ARH 160 Art Ancient & Modern: The Question of Beauty (fulfills 3 credit hours in the “Culture and Expression” area of the core curriculum)
This course surveys the history of Western Art from the Greek world to the present day, using the question of beauty as a unifying theme. The first class each week will introduce the art or architecture of the period; the second will use readings from period sources to understand how beauty was perceived and defined in that period. The course will have a particular emphasis on theories of beauty that recur in successive historical periods: beauty and mathematics, beauty and function, beauty and color, beauty and mimesis, beauty and effect. The course will also examine the concepts of ancient and modern that structure the Core Texts and Enduring Questions Program, considering how they can be mapped onto the history of art. The complication here is that where historians or philosophers tend to locate a fundamental move from ancient to modern at the end of the Middle Ages, art history sees things otherwise. There are powerful continuities in art between the classical and Renaissance periods, and between the medieval and the “modern” (in the art-historical usage that dates the advent of modern art to the end of the nineteenth century). These continuities are particularly evident when art history is viewed through the lens of changing conceptions of beauty: theories of proportion and harmony rooted in mathematics and music dominate the classical and Renaissance periods, theories either of signification or visual experience the medieval and modern periods. An examination of concepts of beauty then, will help students understand the categories of ancient and modern at a deep level, and see connections and echoes – as well as changes – across time.
THE 153 Revelation: Ancient & Modern (fulfills 3 credit hours as a second required theology course in the core curriculum)
This course introduces students to the major distinctions that typically differentiate ancient and modern theological understandings of the nature, status, and import of divine revelation. Through close readings of a series of classic, primary texts written by Jewish, Catholic, Islamic, and Protestant thinkers, this course familiarizes students with the fundamental questions and concerns that have traditionally animated the theological debates that modern religious thinkers have carried out with premodern religious thinkers. Prerequisite: THE 100.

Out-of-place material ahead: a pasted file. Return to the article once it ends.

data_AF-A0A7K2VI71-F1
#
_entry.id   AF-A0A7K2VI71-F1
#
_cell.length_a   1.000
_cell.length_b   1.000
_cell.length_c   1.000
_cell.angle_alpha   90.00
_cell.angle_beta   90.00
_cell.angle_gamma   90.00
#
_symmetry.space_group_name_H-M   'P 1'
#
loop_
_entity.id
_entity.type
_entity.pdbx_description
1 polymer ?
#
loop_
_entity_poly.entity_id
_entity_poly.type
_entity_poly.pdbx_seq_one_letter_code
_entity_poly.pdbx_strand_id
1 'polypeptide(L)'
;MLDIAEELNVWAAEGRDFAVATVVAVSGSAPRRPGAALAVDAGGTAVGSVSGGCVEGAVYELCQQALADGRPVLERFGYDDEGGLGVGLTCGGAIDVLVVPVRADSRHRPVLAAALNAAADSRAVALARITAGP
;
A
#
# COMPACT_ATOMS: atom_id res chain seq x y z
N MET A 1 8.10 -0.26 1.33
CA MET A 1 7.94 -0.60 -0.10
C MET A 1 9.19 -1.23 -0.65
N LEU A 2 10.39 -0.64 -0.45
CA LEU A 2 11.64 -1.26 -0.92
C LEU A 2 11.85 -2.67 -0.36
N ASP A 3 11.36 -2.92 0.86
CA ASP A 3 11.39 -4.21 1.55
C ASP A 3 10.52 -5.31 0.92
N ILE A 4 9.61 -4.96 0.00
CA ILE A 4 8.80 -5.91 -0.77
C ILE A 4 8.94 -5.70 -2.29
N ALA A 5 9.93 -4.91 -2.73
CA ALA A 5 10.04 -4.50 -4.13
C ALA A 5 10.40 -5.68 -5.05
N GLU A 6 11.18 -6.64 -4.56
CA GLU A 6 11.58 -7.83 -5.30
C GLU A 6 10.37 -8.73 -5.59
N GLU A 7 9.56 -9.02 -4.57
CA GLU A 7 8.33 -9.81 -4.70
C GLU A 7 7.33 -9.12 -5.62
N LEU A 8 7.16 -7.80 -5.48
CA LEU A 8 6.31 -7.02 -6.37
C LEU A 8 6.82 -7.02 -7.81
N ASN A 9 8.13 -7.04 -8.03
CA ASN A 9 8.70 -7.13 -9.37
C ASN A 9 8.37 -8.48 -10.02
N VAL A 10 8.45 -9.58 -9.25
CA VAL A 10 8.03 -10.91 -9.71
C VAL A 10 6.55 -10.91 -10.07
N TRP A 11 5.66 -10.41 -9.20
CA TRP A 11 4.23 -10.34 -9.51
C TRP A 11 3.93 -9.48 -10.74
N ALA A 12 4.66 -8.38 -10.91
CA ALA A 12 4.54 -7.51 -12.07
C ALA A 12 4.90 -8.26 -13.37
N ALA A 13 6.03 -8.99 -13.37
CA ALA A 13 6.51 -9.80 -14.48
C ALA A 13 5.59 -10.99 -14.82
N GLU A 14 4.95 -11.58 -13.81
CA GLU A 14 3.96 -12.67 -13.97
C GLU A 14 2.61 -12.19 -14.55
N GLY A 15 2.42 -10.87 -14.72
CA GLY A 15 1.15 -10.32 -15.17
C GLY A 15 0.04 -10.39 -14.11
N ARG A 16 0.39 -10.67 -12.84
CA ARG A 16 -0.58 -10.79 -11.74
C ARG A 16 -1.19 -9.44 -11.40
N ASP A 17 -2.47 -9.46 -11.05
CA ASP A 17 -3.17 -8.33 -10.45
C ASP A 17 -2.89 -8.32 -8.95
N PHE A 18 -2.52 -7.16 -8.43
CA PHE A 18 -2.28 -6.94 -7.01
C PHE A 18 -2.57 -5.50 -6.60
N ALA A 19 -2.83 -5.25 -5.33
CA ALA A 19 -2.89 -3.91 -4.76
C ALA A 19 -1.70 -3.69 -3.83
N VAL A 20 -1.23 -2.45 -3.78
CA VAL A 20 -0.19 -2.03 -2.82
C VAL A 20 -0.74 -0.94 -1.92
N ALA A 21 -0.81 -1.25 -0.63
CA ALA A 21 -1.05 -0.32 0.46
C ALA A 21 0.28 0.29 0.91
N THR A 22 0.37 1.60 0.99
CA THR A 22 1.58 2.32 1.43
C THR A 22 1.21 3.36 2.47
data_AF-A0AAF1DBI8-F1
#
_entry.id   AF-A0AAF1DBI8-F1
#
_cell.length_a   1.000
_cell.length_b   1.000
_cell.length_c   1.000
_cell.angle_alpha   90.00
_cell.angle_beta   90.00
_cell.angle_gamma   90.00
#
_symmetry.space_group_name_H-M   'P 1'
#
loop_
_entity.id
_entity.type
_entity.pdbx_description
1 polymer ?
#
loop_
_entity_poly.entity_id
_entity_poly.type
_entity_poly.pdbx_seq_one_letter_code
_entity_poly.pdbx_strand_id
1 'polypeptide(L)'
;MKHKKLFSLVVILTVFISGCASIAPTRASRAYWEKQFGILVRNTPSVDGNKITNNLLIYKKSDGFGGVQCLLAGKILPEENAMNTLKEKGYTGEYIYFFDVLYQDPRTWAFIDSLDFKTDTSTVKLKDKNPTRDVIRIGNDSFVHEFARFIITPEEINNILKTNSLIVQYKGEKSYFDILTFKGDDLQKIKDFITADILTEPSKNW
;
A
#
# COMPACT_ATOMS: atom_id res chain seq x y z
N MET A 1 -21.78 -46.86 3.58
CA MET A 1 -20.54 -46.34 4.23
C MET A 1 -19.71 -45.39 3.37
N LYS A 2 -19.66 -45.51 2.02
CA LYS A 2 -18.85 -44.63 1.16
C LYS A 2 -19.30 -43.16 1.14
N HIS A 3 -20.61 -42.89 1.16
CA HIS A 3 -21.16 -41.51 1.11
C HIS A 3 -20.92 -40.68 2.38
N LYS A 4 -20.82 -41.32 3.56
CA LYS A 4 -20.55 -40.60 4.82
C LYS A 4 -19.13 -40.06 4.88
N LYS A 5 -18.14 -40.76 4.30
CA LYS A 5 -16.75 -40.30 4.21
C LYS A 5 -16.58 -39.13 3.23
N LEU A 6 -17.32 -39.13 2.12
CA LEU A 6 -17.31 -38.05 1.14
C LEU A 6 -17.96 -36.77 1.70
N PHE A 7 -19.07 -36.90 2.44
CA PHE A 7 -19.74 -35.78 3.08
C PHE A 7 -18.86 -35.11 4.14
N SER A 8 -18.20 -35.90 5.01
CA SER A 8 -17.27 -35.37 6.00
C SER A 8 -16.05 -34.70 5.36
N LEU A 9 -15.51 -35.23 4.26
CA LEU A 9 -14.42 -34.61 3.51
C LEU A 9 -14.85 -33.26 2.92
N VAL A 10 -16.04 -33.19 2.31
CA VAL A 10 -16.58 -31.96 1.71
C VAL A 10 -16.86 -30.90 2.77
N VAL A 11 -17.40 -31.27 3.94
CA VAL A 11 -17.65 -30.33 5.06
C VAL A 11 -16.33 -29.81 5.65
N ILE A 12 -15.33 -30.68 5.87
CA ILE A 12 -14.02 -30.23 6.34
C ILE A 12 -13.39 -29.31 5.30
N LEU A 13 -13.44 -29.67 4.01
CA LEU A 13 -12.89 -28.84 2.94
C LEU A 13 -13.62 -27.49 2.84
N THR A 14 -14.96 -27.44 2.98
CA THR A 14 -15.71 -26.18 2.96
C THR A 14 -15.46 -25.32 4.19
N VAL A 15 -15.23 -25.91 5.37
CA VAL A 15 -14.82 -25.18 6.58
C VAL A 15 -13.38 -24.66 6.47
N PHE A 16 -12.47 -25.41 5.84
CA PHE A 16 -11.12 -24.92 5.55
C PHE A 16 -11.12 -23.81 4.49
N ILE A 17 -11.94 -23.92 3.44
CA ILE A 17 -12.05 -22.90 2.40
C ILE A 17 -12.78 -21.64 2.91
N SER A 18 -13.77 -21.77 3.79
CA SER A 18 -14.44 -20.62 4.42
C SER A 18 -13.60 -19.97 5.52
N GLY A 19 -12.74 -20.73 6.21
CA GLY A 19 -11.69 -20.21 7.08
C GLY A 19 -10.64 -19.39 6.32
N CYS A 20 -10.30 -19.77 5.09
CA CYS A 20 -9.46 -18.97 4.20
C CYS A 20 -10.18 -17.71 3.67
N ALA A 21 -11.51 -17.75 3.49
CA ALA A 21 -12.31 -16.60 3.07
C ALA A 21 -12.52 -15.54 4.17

PHI 245 Reason: Ancient & Modern (fulfills 3 credit hours in the “Great Conversation” area of the core curriculum)
Human intelligence takes many forms: common sense, mathematics, poetry, philosophy, science, engineering, and moral activity, to name a few. What, then, is our reason? What is the nature and proper use of this power at the origin of all our cultivated pursuits? The most universally acclaimed achievements of human reason have come through modern science, but this science itself gives no guidance for the use of its power. Does the contemporary critique of the modern form of reason (in the name of the environment, deconstruction, or religion) apply to reason simply? This course examines ancient and modern interpretations of human reason in core philosophical texts. Prerequisite: PHI 100 and any intermediate PHI.
POL 351 Republicanism: Ancient & Modern (fulfills 3 credit hours in the “Great Conversation” area of the core curriculum)